In her "gender days" Jo encourages role-play to get teachers to look at how they talk to girls and boys and examine their cultural roles and expectations. She holds quizzes on the statistics she has helped gather from local villages and schools. Recently she jointly organised a national conference to share information on what the Government and other organisations are doing to address women's educational needs. "The [Ugandan] government is doing a lot with very little money, due to the international loan conditions, to push women's part in development," she says.

Despite her high-flying role, Jo leads an uncomplicated life in Mubende, which for her is one of the main attractions of the post. For instance, VSO banned the use of fridges by volunteers so as not have a luxury their Ugandan colleagues can't obtain, so afternoons are often spent at the market haggling for fresh meat and talking.

"I like the simplicity here. The choices are few: I stay in and read or I go down to the village for a beer and a chat. I like the fact that there's no television and there's a lot of time to sit and talk to people. If I wanted to do that in the UK I'd have to set a date in my diary up to six weeks in advance."

There are down sides, particularly regarding health, though medical care is one thing VSO definitely does not skimp on, providing it free to all volunteers.

At a get together of VSO volunteers in Kampala the night before, most had one illness or another - including bilharzia, amoebic dysentery and septicaemia - and many of them looked thin. Jo herself has a wheezy cough like a bad starting motor, from bronchitis, and the only other western aid worker in Mubende has had malaria six times despite taking the tablets.

Motorbike accidents also take their toll because in most places roads as we know them do not exist - they are either treacherously muddy and rutted or rocky.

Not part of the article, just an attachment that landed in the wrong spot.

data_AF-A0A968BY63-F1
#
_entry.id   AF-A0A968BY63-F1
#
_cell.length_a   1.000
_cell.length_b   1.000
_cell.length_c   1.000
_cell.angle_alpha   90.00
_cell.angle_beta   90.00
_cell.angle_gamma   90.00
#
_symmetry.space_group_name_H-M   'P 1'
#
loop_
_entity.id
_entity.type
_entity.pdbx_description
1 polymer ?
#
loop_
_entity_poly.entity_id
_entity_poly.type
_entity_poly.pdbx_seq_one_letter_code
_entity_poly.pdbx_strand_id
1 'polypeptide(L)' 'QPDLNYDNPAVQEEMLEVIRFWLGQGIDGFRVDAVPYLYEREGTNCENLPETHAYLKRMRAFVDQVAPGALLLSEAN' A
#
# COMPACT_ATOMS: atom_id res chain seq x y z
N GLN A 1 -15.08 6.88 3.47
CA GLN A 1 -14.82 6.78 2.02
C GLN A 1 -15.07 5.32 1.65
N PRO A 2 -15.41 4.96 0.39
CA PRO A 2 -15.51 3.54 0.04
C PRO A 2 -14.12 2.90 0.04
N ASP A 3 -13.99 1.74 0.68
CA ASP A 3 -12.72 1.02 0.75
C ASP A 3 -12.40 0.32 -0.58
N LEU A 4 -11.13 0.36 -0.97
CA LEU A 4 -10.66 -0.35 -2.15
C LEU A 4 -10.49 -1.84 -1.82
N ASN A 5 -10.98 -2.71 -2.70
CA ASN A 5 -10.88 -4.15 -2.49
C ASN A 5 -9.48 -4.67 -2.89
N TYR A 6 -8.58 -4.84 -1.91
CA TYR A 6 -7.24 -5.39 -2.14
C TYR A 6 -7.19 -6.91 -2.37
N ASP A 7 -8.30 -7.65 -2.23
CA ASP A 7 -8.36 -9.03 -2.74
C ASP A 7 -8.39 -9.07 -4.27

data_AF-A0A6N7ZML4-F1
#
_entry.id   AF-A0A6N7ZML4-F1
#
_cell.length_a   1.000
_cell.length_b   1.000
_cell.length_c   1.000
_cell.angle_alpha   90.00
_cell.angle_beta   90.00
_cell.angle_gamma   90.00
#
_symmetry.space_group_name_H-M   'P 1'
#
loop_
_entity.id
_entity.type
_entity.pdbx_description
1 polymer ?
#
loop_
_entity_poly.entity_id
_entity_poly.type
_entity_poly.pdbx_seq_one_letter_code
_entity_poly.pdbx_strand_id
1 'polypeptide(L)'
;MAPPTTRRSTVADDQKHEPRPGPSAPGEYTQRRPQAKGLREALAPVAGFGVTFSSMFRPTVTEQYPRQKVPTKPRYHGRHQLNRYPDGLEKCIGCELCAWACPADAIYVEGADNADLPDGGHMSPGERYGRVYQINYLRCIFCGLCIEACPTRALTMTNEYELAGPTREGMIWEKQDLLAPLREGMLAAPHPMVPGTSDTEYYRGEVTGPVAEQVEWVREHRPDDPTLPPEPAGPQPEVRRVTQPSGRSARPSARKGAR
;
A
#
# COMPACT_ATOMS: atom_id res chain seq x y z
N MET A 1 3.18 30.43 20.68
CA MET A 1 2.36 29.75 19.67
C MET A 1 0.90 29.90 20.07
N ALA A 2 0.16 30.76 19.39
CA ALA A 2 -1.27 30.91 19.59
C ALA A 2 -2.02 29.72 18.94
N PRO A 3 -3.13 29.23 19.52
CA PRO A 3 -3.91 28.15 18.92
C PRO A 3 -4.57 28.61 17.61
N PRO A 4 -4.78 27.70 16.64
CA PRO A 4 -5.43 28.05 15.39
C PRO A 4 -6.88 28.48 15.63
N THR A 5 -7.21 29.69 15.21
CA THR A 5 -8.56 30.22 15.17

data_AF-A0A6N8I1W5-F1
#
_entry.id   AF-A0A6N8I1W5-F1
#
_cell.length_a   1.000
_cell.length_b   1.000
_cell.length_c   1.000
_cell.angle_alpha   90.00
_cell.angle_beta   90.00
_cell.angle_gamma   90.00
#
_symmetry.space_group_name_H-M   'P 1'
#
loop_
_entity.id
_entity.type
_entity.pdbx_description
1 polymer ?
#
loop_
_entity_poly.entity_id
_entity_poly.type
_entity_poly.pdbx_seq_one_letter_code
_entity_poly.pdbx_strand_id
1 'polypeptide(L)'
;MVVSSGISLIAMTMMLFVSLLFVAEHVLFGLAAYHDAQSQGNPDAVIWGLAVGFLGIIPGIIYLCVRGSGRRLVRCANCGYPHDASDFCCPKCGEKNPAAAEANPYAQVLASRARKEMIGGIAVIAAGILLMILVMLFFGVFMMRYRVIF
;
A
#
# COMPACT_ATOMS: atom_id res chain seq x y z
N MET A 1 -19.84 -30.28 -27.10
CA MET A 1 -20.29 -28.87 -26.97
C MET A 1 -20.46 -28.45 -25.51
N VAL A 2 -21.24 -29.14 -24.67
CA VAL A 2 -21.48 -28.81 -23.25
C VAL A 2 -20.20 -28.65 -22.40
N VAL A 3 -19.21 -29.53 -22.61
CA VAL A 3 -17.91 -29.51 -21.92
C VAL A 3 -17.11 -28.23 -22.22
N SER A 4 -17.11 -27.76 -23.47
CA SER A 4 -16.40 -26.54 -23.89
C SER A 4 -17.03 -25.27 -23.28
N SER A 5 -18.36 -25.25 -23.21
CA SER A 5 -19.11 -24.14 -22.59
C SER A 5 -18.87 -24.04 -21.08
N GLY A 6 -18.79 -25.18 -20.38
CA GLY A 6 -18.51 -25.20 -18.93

Then there is Aids. The price of getting involved in the local community, befriending colleagues and neighbours is exposure to recurring tragedy. People fall ill and a lot die. In a polygamous society in which Aids is transmitted heterosexually, it can spread fast. Through her research, Jo Westbrook has found that 35 per cent of local girls aged 15-19 are infected - compared with 7 per cent of boys. "There are funerals every week. One friend goes to two or three a week, but there are also happier events," she says.

Each year around 6,000 people apply for VSO posts, 2,000 are assessed for suitability and about half of those are offered posts. Optional preparatory weekends are held in which volunteers are made to think more carefully about why they want the post and what to expect. Jo Westbrook thinks these are very worthwhile and should be compulsory because some people, despite the screening, still arrive with unrealistic expectations. Apparently some new recruits who came to the Ugandan capital, Kampala - where columns of ugly marabou stalks circle above the chaotic traffic - went home after three days because they didn't realise there would so many black people there.

Even teaching is a different matter in a more formal system where classes can number 70 or more and there are no lights in the ceiling or glass in the windows. If it pours down, which it can do frequently, and you planned a listening lesson, you can't do it, because the rain hammering on the tin roof drowns out the sound. Neither can you close the shutters on the windows because pupils wouldn't be able to see the blackboard.

"The volunteers don't go there for an easy life," says Lara Date. "They go there to share their skills and gain a better understanding of the culture of the people they are working with."

For further details contact VSO Enquiries Unit, 317 Putney Bridge Road, London SW15 2PN, tel: 0181 780 1331

Jo Westbrook has now returned to the UK